6. You don’t have to answer this one – just put powers of attorney on your list.
Just about everyone needs financial and medical powers of attorney. During your lifetime, a durable power of attorney for financial matters allows your representative to manage your funds without becoming a joint owner on the accounts. The medical powers of attorney and living will do the same for your medical issues – your representative can speak for you when you aren’t able to. When you set up your will or trust, your attorney will generally have a package that includes these documents. You may also find that you have an employee benefit at work that provides free or discounted legal documents and services.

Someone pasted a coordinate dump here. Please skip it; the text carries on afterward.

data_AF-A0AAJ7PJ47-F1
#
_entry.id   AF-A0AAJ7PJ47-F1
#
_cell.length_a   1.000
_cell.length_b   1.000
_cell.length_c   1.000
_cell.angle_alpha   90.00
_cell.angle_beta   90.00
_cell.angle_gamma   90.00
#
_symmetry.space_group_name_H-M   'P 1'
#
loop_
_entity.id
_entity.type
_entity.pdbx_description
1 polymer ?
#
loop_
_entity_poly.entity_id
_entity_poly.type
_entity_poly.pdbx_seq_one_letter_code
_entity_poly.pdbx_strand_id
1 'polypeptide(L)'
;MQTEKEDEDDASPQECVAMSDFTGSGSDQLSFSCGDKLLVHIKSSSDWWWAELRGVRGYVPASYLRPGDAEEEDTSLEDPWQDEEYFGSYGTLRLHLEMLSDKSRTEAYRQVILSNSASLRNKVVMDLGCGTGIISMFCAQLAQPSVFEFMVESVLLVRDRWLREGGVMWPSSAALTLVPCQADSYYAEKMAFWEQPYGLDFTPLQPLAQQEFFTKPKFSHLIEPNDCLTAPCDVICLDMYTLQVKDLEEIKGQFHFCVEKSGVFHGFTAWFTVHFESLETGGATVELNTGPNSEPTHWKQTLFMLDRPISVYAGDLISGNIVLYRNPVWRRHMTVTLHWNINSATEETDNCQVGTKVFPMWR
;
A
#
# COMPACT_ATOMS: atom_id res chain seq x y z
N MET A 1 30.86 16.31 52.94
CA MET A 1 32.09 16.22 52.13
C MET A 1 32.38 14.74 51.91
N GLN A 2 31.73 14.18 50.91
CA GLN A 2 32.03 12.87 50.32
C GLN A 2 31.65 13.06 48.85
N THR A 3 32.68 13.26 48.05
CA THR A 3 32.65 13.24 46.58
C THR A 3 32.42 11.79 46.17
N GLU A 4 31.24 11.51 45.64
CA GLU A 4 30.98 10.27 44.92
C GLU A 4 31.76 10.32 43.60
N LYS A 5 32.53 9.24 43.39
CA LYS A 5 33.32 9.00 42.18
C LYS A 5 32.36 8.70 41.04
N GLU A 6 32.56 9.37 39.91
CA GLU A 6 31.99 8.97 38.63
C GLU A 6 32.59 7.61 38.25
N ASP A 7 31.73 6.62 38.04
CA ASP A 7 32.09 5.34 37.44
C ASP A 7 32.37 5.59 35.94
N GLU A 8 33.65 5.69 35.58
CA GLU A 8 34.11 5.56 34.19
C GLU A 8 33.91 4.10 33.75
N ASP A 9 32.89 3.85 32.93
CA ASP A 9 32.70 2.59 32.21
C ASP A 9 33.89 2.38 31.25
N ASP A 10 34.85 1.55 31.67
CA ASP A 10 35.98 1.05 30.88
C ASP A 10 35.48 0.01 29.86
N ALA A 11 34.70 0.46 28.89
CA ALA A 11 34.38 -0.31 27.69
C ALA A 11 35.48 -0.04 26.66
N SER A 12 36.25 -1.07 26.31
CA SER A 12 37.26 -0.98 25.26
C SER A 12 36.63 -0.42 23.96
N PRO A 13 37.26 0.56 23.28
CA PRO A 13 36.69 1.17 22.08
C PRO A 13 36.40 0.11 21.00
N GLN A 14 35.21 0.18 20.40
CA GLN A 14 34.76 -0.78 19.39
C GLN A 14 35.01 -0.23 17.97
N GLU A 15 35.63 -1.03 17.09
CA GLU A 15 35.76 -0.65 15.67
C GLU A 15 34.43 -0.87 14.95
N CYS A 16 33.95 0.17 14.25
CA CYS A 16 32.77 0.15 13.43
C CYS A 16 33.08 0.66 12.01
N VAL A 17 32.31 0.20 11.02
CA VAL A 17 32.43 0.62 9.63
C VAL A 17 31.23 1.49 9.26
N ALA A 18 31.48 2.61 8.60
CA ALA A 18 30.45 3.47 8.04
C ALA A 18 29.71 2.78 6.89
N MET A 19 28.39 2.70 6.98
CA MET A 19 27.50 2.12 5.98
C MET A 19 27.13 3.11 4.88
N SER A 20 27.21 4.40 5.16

Also remember one of the best things about estate planning is your plans aren’t etched in stone tablets for all of eternity. They can be changed (during your lifetime, anyways) so do your best, pick the right vehicle, and trust your gut when making decisions. Then move forward.
Oh, and don’t forget to check your beneficiaries—anyone can make that mistake.
Nancy L. Anderson, CFP ® is Think Tank Director and Resident Financial Planner at Financial Finesse, the leading provider of unbiased financial education for employers nationwide, delivered by on-staff Certified Financial Planner™ professionals. For additional financial tips and insights, follow Financial Finesse on Twitter and become a fan on Facebook.